The best passage, however, is when he describes, in a flashback, his experience of going to Mass whlie traveling with his first wife, back in the age of long road trips. It's a bit long, but worth it:

Sunday mornings I'd leave [my wife] [in the hotel room] and go to mass. Now here was the strangest exercise of all! Leaving the coordinate of the motel at the intersection of the interstates, leaving the motel with standard doors and carpets and plumbing, leaving the interstates extending infinitely in all directions, abscissa and ordinate, descending through a moonscape countryside to a -- town! Where people had been living all these years, and to some forlorn little Catholic church up a side street just in time for the ten-thirty mass, stepping up on the porch as if I had been doing it every Sunday for the past twenty years, and here comes the stove-up bemused priest with his cup (what am I doing out here? says his dazed experession) upon whose head hands had been laid and upon this other head other hands and so on, for here off I-51 I touched the thread in the labyrinth, and the priest announced the turkey raffle and Wednesday bingo and preached the Gospel and fed me Christ--

-- Back to the motel then, exhilarated by -- what? by eating Christ or by the secret discovery of the singular thread in this the unlikeliest of places, this geometry of holiday Inns and interstates? back to lie with Doris all rosy-fleshed and creased of cheek and slack and heavy-limbed with sleep, cracking one ey and opening her arms and smiling.

"My God, what is it you do in church?"

What she didn't understand, she being spiritual and seeing religion as spirit, was that it took religion to save me from the spirit world, from orbiting the earth like Lucifer and the angels, that it took nothing less than touching the thread off the misty interstates and eating Christ himself to make me mortal man again and let me inhabit my own flesh and love her in the morning.

Isn't that a wonderful passage? The universal church, the experience of walking into a church, even in a different country, and recognizing the liturgy, being able to participate in the liturgy, whether you know the language or not. The year I spent at St. John's University, I went to evening Mass quite a bit. One evening Lech Walesa was there for Mass, up in the choir stalls, with a small entourage. He was speaking later that evening. He didn't know English well enough to fully participate, but he was attentive, prayerful, throughout the Mass. There had been a time I'd wanted to go to Poland, as an undergraduate, to try to figure out how it was that religion, namely Catholicism, played such a real role in politics and in people's daily life. It seemed to me that the Church in Ireland and in Poland still had a hold on people the way it did not in the United States. The symbols, language, music, culture, prayers, artifacts, were all part of people's real life-- how they stayed connectd to the earth. There was nothing "spiritual" about it. I wanted that. I wanted to touch the singular thread.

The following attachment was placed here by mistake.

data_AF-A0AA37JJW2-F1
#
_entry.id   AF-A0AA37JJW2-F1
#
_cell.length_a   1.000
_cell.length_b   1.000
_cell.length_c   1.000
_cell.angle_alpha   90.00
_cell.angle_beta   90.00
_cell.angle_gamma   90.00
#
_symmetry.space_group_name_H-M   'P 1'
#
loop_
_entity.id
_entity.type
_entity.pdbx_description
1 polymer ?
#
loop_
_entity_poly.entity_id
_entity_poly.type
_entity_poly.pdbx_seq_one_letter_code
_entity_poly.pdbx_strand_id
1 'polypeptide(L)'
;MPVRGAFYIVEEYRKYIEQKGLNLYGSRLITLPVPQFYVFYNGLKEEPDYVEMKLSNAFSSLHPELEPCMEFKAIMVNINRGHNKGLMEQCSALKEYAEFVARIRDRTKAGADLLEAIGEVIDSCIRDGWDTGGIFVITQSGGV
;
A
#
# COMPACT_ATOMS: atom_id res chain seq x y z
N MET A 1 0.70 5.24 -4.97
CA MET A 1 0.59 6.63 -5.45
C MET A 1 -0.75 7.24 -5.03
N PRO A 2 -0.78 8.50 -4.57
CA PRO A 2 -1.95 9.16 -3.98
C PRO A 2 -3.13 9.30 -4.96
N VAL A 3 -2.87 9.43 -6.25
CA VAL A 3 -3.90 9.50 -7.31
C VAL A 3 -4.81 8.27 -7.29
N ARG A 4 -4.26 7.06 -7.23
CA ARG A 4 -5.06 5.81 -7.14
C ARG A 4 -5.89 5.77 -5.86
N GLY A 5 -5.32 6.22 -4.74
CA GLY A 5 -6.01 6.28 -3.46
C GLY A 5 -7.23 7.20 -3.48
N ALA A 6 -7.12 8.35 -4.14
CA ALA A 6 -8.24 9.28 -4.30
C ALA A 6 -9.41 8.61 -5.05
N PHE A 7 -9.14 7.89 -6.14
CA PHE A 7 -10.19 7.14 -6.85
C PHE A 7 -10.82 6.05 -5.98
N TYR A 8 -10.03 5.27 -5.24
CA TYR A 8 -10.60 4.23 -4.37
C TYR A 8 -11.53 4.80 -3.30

Saturday, June 5, 2010

watering system

My favorite thing about my garden is the watering system. Steve set it up for me and so far it works beautifully. Our farm is right on top of the water table, and we have three ponds in addition to one that is supposedly in the wetlands. The deepest is next to Steve's tree nursery. He often jumps in there mid-summer to cool off after a long, hot day, and this year is promising to carve out a small beach on one end, dump a couple loads of sand, so that everyone on the farm can enjoy swimming there.

The largest pond is the one where we ice skate, between Tim and Annie's house and our house, in the area we call the Commons. There is a blue heron that hangs out there all summer and though each year the cattails encroach a little farther, it's the loveliest of the ponds.